Early or Late Shots -A competitor firing a shot from the line before "ready" (Listo) is given will be disqualified from the day's scheduled match. Shots fired upon closing of the bolt or action when on the firing line will be scored as record shots. Any shot fired after the command "Cease Fire" (Alto) will be scored as amiss.

All Shots Count -All shots fired by a competitor after taking position at the firing point will be counted in the competitor's score even if the rifle may be accidentally discharged.

Hits on Wrong Target -Hits on the wrong target are scored as misses.

Spotting Scope -The use by the coach of a telescope or other optical device to spot shots is permitted.

Clothing -Commercial type trap and skeet vests (sleeveless ) and shotgun shooting shirts are permitted as well as clothing normally suitable for existing climatic temperatures. Shooting coats, unnecessarily heavy clothing, or anything on the person that would provide artificial support such as clothing having excess padding or stiffening material or which restricts or supports the body in the shooting position may not be worn. Any dispute regarding clothing will be submitted to the Jury for decision.

Sleeveless leather, vinyl, heavy fabric or multiple layered vests that may be considered or construed to be unnecessarily heavy or to provide artificial support are permitted if they can be closed over a gauge made from 4 inch thin wall PVC pipe, not less than 30 inches in length, passed through the entire length of the vest, and opened or vented from the bottom edge to a point two inches above the crest of the hipbone.

Slings -Slings may be attached to the rifle but may not be used for support of the hand or arm.

Palm Rest -A palm rest may not be used. A palm rest is any attachment or extension below the forearm which aids the normal hand grip and support of the rifle by the forward hand/arm.

Buttplates and Cheekpieces -A butt or buttplate having a curved rear surface in which the depth of the curve exceeds 1f2 inch when measured from a straight line drawn from the top to the bottom of the buttplate is prohibited. Buttplates must be centered. Adjustable cheekpieces must be fixed and sealed in place.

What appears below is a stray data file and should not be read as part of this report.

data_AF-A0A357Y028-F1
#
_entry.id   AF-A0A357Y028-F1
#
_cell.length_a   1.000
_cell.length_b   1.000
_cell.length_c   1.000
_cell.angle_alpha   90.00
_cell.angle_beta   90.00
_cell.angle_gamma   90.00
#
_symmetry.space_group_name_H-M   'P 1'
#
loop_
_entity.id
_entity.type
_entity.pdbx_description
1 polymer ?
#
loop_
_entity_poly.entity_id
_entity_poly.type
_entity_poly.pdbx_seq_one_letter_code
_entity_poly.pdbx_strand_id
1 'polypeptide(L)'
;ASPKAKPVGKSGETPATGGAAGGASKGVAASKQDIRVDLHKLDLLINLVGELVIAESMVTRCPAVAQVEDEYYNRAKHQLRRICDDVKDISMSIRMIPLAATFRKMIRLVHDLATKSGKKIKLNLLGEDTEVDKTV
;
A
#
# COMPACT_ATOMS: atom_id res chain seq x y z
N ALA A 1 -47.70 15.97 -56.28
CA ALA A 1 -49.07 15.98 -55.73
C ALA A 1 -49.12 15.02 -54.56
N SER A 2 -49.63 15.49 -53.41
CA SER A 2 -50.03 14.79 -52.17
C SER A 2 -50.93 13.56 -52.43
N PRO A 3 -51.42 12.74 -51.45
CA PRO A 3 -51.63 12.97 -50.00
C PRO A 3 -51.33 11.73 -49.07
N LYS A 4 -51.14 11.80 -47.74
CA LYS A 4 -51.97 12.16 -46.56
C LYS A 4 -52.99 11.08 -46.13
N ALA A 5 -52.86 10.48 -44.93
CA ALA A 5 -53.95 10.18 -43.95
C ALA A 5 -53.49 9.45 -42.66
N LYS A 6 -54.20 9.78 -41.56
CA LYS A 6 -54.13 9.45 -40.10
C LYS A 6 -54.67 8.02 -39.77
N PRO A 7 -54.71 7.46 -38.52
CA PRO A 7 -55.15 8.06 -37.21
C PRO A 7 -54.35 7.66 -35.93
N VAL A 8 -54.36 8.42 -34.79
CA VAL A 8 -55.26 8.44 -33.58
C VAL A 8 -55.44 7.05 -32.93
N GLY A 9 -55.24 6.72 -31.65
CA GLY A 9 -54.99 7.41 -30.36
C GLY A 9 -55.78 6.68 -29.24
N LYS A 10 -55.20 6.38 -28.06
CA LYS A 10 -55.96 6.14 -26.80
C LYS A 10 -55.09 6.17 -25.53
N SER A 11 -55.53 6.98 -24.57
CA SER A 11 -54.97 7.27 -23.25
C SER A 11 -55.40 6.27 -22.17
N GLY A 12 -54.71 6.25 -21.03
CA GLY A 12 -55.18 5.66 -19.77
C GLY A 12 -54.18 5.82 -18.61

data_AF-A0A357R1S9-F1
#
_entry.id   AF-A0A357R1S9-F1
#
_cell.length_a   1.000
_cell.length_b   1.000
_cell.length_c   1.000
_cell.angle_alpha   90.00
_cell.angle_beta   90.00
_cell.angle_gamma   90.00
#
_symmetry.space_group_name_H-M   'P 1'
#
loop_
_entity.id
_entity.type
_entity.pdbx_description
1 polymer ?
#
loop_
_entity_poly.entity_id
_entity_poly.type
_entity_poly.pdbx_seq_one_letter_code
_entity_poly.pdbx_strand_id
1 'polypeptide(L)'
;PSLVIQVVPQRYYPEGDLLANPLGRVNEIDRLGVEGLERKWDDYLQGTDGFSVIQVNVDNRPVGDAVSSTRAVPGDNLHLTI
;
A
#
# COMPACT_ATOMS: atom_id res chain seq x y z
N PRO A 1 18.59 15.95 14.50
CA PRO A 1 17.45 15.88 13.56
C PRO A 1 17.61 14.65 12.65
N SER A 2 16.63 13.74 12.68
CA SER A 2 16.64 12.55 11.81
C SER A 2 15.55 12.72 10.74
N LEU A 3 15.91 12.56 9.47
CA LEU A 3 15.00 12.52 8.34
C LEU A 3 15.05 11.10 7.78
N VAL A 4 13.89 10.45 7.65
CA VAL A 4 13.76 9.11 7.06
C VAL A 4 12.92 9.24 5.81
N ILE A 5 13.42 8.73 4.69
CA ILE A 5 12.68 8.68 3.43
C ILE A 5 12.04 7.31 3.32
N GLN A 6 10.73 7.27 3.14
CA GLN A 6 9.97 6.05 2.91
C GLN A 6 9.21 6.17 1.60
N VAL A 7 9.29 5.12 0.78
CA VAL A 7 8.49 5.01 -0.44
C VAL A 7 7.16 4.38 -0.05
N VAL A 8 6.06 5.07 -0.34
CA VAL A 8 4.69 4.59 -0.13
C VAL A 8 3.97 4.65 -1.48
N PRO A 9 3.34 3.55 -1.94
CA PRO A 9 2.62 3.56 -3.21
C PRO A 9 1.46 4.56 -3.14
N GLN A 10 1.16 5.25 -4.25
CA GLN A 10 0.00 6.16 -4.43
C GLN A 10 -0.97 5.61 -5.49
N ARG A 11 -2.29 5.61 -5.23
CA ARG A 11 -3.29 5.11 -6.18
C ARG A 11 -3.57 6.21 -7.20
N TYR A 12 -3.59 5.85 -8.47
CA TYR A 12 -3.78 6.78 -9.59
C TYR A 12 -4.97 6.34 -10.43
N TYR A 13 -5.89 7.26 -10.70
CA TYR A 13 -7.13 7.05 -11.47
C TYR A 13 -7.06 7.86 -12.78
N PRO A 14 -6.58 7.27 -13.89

Release Triggers -triggers which function on release are prohibited.

Compensators and Muzzle Brakes -The use of compensators, muzzle brakes and barrel porting is prohibited. (The adjustment holes on the Boss-CR are not considered to be compensators, muzzle brakes or barrel porting)

Eye Protection -All competitors and other personnel in the immediate vicinity of the range complex are urged to wear eye protection devices.

Ear Protection -All competitors and other personnel in the immediate vicinity of the range complex are urged to wear hearing protection devices.

Open Bolt Indicators -An Open Bolt Indicator is required in all NRA Silhouette competition to indicate the bolt is open.
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This should help answer some more basic questions.
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"...be repeating rifles, which shall be fired by loading all cartridges from the
magazine or clip into the chamber.
The intent of this rule is to describe a common hunting rifle."

Someone can pick it apart if they really wanted to.

That rule is still open to interpretation and loosely defined. They should have specified "loaded within a magazine" or "from a magazine loaded prior to insertion". (There is also no differentiation of detachable box magazines, or fixed magazines, which can have all fired rounds come from the top, one at a time. It is still "from the magazine to the chamber.")

When I drop a round on top of my magazine feed lips, and close the bolt, the round is undeniably fed "from the magazine ... into the chamber". I'm not saying it was fed from within the magazine. It isn't hand fed directly into the chamber. It isn't miraculously balanced on the ejector. It is on the magazine, from where it is chambered.

As long as all rounds fired first rest upon the magazine feed lips, vs being inserted directly into the chamber by one's fingers, it satisfies the rule.

The rule defined the necessary step of being fed from a magazine, it didn't define the exceptions. The magazine could have no spring or follower, but as long as the round was picked up or chambered by the bolt from the magazine (somehow), it looks like it technically fits through a loophole.


(This is akin to the "creativity" in car racing of old, which followed the "Ya' didn't say I couldn't" principle, which created all the "thou shall not" rules)